Disassembler

You can see the machine code for the compiled function by disassembling it in the Python REPL. Pyjion has essentially compiled your small Python function into a small, standalone application.

Prerequisites

The X86_64 disassembler requires rich and distorm3. You can install the Prerequisites using the pyjion[dis] package:

> pip install pyjion[dis]

For ARM64/aarch64 binaries, you must follow the instructions to export dumps and load into an external disassembler.

CIL Disassembler

Pyjion’s compiler uses ECMA 335 CIL as the intermediary language. You can see the IL for a compiled function using the pyjion.dis.dis(f) function:

>>> import pyjion
>>> import pyjion.dis
>>> def half(x):
    return x / 2
>>> pyjion.enable()
>>> half(4)
2.0
>>> pyjion.disable()
IL_0000: ldarg.1
IL_0001: ldc.i4 104
IL_0006: conv.i
IL_0007: add
IL_0008: stloc.0
IL_0009: ldarg.2
...

For a reference of the CIL, see ECMA335 reference.

The dis() function also has an extra setting to print the sequence-points of the Python opcodes (see Python’s dis module):

>>> import pyjion
>>> import pyjion.dis
>>> def half(x):
    return x / 2
>>> pyjion.enable()
>>> half(4)
2.0
>>> pyjion.disable()
>>> pyjion.dis.dis(half, include_offsets=True)

IL_002b: conv.i
IL_002c: add
IL_002d: stind.i
// 2 STORE_NAME - 0 (a)
IL_002e: ldloc.0
IL_002f: ldc.i4.2
IL_0030: conv.u4
IL_0031: stind.i4
IL_0032: ldarg.1
IL_0033: ldc.i8 140106856465584
IL_003c: conv.i
IL_003d: call METHOD_STORENAME_TOKEN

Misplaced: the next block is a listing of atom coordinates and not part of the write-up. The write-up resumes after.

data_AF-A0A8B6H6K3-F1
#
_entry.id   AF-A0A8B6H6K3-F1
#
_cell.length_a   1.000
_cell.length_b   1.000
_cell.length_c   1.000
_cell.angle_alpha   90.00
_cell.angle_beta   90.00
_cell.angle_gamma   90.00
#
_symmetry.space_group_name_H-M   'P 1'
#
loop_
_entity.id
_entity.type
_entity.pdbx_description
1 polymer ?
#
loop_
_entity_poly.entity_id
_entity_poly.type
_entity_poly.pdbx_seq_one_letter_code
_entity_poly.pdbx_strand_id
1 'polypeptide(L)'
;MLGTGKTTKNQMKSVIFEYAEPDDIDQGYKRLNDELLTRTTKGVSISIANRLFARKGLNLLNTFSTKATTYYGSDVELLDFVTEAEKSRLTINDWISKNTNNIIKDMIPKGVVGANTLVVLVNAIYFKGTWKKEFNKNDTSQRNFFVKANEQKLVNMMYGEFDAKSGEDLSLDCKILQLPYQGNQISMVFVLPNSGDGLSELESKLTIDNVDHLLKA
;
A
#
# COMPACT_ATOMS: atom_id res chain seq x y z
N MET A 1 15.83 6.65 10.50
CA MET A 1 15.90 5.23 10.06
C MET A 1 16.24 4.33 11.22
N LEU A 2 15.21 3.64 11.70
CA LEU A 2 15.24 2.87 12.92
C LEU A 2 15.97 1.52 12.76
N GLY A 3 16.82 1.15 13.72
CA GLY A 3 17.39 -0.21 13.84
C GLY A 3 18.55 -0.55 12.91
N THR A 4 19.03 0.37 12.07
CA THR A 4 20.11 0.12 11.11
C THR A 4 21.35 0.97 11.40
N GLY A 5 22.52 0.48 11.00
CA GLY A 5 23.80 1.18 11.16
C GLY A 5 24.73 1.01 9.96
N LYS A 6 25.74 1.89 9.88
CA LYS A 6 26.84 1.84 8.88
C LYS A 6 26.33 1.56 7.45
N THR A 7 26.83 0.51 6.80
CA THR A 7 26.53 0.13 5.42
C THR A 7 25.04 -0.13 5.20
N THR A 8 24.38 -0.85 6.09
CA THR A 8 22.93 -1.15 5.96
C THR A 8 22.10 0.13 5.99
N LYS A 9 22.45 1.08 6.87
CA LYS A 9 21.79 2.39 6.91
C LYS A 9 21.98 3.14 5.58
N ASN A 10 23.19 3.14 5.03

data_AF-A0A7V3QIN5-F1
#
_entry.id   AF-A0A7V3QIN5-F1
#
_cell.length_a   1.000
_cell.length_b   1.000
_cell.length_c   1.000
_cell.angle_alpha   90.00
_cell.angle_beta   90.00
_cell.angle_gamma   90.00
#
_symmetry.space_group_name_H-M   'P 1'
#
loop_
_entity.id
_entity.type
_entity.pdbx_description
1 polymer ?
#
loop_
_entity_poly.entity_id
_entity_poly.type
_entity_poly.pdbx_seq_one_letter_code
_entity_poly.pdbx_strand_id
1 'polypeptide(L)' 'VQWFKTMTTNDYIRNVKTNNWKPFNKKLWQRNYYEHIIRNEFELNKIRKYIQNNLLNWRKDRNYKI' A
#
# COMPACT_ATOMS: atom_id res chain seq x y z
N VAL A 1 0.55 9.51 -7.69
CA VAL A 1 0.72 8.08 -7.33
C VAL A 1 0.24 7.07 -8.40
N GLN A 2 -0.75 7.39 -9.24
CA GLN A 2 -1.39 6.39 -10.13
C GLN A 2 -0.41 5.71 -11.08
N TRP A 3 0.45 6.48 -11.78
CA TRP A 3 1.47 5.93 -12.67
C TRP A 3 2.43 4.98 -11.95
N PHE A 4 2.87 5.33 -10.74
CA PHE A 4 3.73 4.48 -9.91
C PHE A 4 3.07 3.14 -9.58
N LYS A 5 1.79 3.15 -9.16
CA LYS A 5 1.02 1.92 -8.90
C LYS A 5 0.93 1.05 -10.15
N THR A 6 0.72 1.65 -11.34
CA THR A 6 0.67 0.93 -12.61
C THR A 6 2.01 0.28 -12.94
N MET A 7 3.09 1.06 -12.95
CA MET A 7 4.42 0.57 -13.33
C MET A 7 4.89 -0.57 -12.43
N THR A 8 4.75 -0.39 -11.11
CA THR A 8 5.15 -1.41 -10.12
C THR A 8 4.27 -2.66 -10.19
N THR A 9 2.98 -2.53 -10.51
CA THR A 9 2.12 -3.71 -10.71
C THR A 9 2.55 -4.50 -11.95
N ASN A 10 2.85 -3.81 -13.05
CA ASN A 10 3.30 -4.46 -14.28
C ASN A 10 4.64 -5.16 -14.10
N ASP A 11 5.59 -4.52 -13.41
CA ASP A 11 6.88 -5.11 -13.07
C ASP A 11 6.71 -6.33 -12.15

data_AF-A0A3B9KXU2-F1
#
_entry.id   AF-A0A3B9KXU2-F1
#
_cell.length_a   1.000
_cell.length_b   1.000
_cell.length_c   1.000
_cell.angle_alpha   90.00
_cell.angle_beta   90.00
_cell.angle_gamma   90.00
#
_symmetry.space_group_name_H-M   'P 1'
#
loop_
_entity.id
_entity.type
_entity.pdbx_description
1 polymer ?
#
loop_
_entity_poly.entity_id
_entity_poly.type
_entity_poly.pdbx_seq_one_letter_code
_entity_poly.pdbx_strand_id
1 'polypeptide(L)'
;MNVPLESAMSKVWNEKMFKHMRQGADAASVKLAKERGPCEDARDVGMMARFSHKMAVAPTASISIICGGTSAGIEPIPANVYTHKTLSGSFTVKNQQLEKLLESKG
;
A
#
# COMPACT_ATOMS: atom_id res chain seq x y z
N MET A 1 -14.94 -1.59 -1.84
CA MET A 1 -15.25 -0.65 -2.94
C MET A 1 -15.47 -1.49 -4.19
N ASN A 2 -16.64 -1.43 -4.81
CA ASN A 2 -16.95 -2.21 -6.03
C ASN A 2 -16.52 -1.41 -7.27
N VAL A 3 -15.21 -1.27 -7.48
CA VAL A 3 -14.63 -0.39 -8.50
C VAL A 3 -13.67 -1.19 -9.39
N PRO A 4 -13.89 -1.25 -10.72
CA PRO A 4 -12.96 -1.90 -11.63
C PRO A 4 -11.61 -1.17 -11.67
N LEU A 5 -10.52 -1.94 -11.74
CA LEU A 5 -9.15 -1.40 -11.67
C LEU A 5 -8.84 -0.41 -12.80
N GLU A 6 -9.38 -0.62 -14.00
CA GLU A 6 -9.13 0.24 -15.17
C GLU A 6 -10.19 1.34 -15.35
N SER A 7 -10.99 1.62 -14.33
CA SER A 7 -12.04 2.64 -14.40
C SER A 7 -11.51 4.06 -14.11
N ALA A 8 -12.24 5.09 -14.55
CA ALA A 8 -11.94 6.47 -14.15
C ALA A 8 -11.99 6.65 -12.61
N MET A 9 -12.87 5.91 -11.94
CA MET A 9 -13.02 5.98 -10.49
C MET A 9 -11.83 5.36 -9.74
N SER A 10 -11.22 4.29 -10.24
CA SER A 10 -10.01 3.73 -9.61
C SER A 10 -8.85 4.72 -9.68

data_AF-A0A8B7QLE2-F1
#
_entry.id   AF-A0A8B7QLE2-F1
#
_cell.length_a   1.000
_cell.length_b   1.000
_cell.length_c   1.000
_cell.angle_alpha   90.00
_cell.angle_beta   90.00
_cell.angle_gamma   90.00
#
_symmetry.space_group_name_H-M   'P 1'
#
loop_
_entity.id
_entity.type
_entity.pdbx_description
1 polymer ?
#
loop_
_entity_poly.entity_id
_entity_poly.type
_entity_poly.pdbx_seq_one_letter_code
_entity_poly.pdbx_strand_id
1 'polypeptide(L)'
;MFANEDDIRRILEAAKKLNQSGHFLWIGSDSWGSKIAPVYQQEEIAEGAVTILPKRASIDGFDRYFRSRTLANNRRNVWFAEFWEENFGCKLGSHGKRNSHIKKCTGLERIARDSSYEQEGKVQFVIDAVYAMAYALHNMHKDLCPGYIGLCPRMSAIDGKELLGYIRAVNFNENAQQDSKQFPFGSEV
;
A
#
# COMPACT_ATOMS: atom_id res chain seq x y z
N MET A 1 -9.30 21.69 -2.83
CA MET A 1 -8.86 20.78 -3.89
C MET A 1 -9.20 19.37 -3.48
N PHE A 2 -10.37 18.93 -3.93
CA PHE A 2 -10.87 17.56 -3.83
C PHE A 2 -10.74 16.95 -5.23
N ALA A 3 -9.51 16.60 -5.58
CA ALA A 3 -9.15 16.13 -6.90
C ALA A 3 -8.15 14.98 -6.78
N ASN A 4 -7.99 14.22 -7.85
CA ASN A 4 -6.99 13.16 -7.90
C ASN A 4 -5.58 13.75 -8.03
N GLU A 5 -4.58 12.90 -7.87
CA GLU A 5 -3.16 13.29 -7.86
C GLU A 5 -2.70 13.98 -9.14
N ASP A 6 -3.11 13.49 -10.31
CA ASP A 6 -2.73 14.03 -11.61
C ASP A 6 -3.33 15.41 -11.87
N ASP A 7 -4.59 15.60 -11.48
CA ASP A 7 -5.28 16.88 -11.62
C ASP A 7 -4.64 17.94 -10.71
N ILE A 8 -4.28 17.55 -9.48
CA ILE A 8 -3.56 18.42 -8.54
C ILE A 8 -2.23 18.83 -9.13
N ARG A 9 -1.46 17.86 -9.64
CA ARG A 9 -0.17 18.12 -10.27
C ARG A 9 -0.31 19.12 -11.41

X86_64 Disassembler

The disassembler uses a project called distorm3. I recommend disabling Pyjion before running the disassembler, because it will JIT-compile distorm3 (which is massive).

To run the X86_64 disassembler:

>>> import pyjion
>>> import pyjion.dis
>>> def half(x):
       return x / 2
>>> pyjion.enable()
>>> half(4)
 2.0
>>> pyjion.disable()
>>> pyjion.dis.dis_native(half)
PUSH RBP
SUB RSP, 0x290
LEA RBP, [RSP+0x290]
XOR EAX, EAX
MOV [RBP-0x288], RAX
XORPS XMM8, XMM8
MOVAPS [RBP-0x280], XMM8
MOV RAX, 0xfffffffffffffdc0
MOVAPS [RBP+RAX-0x30], XMM8
MOVAPS [RBP+RAX-0x20], XMM8
MOVAPS [RBP+RAX-0x10], XMM8
ADD RAX, 0x30
JNZ 0x7f6d0c013fcf
MOV [RBP-0x30], RAX
MOV [RBP-0x8], RDI
MOV [RBP-0x10], RSI
MOV [RBP-0x18], RDX
MOV [RBP-0x20], RCX
MOV [RBP-0x28], R8
MOV EDI, 0x68
...

The dis_native() function has an optional flag to print the offsets of the Python bytecodes as comments:

>>> import pyjion
>>> import pyjion.dis
>>> def half(x):
    return x / 2
>>> pyjion.enable()
>>> half(4)
2.0
>>> pyjion.disable()
>>> pyjion.dis.dis_native(half, include_offsets=True)

MOVSXD RDI, EDI
MOV [RBP-0x58], RDI
MOV EDI, 0x1
MOVSXD RDI, EDI
MOV RSI, 0x7f6d2b7b7950
ADD [RSI], RDI
MOV [RBP-0xc8], RSI
; 2 STORE_NAME - 0 (a)
MOV RDI, [RBP-0x30]
MOV DWORD [RDI], 0x2
MOV RDI, [RBP-0xc8]
MOV RSI, [RBP-0x10]
MOV RDX, 0x7f6d2b6904b0
MOV RAX, 0x7f6d20ff1350
CALL QWORD [RAX] ; METHOD_STORENAME_TOKEN
MOV [RBP-0xcc], EAX
CMP DWORD [RBP-0xcc], 0x0
JZ 0x7f6d0c0140a4
MOV RDI, [RBP-0x10]
MOV RAX, 0x7f6d20ff0350
CALL QWORD [RAX] ; METHOD_EH_TRACE
NOP
JMP 0x7f6d0c01496f
MOV EDI, 0x1
MOVSXD RDI, EDI
MOV RSI, 0x7f6d286f4330
ADD [RSI], RDI

External disassemblers

If you prefer to use an external disassembler, like Hopper, you can use the pyjion.native() function to fetch the bytearray and write it to disk.

>>> import pyjion
>>> def half(x):
    return x / 2
>>> pyjion.enable()
>>> half(4)
2.0
>>> pyjion.disable()
>>> raw, length, position = pyjion.native(half)
>>> with open('dump.raw', 'wb') as out:
...   out.write(raw)

In your disassembler, open the dump.raw file as a raw file. The position variable shown in this example is the base address of the JIT in memory:

_images/hopper.png

For Apple M1, choose the aarch64 CPU Architecture in Hopper:

_images/hopper-arm64.png